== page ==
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ForestConnect: Development of Host Tree Resistance to Restore Landscapes Impacted by Invasive Insects & Diseases
Options for restoring forests degraded by invasive insects and diseases will be examined in the context of the goals of the forest manager, which may vary from restoration of ecosystem services to restoring the forest to its pre-invasion state. The value of genetics and the development of resistance breeding programs as a critical tool for restoration and maintaining healthy, resilient forests will be discussed with a focus on ongoing programs breeding for beech bark disease resistance in American beech and emerald ash borer resistance in North American ash species.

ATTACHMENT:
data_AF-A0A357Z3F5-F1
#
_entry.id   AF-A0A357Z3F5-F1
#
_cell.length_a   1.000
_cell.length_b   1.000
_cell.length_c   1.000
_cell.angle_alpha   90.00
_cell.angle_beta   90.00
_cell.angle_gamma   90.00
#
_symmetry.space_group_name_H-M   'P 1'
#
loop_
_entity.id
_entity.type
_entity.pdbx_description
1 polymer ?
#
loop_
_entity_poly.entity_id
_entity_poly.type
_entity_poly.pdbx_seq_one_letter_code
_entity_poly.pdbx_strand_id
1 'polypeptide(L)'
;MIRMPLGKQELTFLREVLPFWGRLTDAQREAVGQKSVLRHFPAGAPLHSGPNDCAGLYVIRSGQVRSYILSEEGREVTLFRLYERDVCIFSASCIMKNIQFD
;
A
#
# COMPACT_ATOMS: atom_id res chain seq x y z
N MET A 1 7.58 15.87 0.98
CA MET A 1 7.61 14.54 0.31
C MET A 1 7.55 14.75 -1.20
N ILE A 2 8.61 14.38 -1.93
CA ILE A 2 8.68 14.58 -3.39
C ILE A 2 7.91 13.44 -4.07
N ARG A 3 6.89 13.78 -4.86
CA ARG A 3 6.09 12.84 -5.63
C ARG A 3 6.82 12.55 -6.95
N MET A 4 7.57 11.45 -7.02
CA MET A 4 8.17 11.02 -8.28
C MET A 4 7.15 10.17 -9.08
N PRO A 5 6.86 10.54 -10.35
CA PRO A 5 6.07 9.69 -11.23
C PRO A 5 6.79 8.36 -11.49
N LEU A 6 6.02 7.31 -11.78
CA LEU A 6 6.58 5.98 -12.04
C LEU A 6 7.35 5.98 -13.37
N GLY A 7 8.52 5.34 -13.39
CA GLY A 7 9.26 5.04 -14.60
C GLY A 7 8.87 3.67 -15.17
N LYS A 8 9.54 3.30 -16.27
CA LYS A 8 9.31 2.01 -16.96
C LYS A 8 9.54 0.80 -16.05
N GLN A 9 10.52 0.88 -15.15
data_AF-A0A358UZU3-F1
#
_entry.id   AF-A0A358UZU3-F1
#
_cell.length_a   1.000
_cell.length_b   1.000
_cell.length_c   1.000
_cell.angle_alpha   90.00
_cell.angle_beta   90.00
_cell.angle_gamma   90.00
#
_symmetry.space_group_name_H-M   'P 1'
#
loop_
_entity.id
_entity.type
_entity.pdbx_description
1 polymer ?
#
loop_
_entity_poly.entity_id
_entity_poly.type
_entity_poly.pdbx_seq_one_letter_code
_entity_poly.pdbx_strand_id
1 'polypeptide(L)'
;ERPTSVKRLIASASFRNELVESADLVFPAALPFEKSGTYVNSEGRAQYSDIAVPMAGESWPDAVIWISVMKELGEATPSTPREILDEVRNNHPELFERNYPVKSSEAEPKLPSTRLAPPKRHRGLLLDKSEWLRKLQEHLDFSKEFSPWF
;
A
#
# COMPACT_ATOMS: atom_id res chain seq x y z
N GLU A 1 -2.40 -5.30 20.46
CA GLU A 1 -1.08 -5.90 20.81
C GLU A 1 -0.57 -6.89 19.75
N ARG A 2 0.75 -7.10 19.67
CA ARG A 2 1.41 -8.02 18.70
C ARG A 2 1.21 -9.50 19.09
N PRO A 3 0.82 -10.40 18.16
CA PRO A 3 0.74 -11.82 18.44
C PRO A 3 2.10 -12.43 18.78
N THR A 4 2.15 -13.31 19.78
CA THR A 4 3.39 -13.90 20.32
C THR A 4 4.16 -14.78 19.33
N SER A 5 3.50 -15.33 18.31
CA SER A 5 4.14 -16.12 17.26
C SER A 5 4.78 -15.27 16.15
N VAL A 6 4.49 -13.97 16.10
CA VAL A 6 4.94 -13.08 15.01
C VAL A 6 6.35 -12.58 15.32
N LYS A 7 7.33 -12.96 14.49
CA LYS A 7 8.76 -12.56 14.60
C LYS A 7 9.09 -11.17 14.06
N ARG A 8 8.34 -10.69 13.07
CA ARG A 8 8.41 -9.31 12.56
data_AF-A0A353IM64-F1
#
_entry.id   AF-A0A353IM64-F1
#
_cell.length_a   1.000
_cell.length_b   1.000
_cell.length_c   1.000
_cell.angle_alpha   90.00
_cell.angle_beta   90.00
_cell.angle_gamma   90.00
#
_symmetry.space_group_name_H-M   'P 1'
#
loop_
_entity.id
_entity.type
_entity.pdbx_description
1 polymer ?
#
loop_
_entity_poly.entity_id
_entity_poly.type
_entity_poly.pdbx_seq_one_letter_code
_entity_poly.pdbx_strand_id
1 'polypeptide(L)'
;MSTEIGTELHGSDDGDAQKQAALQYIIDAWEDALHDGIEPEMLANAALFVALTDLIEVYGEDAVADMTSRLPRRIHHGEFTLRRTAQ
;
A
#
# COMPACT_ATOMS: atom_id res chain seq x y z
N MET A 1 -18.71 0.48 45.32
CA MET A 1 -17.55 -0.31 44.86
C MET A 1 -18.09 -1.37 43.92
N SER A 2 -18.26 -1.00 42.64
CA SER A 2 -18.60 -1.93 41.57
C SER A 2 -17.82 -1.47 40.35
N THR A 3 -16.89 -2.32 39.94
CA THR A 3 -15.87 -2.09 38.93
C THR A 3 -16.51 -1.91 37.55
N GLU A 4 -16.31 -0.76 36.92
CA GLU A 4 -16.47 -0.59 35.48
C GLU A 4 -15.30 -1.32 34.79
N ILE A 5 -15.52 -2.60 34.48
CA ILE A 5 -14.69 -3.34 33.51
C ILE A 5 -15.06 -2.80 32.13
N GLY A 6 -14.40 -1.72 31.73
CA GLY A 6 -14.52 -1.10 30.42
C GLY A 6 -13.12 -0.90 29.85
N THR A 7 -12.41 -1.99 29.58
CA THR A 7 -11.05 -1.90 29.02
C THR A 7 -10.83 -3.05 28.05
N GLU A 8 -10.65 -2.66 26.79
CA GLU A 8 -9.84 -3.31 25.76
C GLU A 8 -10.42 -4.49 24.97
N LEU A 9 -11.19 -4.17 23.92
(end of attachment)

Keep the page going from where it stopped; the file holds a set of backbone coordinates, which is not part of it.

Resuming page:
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Dr. Jennifer Koch
Research Biologist @USDA Forest Service
Jennifer Koch is a Research Biologist with the USDA Forest Service, Northern Research Station in Delaware, OH. She has both a M.S. and Ph.D in Molecular Genetics from the Ohio State University. Her research is focused on the genetics of forest tree resistance to invasive insects and pathogens, developing methods to identify, propagate, and breed resistant trees. She has successfully developed and implemented a participatory, multi-agency breeding program for beech bark disease resistant American beech trees and her work is currently also focused on identifying and breeding for emerald ash borer resistance in ash.